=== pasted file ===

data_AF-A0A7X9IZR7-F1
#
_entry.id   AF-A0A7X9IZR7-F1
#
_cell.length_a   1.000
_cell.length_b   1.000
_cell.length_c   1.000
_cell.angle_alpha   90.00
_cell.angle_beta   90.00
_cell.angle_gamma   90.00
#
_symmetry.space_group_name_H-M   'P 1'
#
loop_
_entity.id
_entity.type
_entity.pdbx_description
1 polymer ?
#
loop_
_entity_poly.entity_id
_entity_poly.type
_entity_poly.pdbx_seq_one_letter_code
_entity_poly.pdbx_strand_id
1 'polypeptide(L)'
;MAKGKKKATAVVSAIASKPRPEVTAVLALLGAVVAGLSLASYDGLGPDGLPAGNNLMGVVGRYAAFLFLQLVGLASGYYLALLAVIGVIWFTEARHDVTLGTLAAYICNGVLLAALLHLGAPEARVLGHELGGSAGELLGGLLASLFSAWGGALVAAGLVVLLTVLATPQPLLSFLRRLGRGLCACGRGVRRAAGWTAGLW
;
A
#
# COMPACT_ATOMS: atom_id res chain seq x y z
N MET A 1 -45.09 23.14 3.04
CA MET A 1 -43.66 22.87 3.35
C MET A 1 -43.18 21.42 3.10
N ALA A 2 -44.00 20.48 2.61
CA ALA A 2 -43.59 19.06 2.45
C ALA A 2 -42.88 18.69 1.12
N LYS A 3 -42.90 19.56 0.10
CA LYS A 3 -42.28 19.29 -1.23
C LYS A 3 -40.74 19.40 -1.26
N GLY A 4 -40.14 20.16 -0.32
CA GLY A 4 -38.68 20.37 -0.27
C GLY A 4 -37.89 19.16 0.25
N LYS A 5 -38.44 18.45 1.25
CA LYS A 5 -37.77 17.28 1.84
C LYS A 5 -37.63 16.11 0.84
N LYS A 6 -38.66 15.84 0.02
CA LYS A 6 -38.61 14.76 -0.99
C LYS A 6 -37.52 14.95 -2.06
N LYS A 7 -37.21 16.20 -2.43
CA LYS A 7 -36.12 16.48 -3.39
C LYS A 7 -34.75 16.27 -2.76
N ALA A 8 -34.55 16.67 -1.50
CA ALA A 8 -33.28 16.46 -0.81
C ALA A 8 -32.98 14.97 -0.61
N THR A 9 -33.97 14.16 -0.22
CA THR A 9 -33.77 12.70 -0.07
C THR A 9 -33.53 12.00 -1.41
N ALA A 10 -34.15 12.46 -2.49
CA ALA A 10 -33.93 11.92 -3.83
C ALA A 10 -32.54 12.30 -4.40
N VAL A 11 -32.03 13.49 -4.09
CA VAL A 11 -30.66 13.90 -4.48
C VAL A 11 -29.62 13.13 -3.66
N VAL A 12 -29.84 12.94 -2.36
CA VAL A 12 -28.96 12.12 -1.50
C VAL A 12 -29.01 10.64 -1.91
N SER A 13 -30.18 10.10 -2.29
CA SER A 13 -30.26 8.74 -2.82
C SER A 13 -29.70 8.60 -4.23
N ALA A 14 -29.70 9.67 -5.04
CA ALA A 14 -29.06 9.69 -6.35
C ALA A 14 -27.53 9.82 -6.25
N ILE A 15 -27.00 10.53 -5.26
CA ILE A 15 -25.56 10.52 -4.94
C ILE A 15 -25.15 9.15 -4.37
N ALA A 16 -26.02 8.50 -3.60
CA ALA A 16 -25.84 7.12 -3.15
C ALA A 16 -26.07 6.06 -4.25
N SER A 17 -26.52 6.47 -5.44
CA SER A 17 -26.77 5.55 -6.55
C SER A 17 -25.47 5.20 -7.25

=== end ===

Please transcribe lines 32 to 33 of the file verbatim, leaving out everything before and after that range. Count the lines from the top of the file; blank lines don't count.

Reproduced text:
CA MET A 1 -43.66 22.87 3.35
C MET A 1 -43.18 21.42 3.10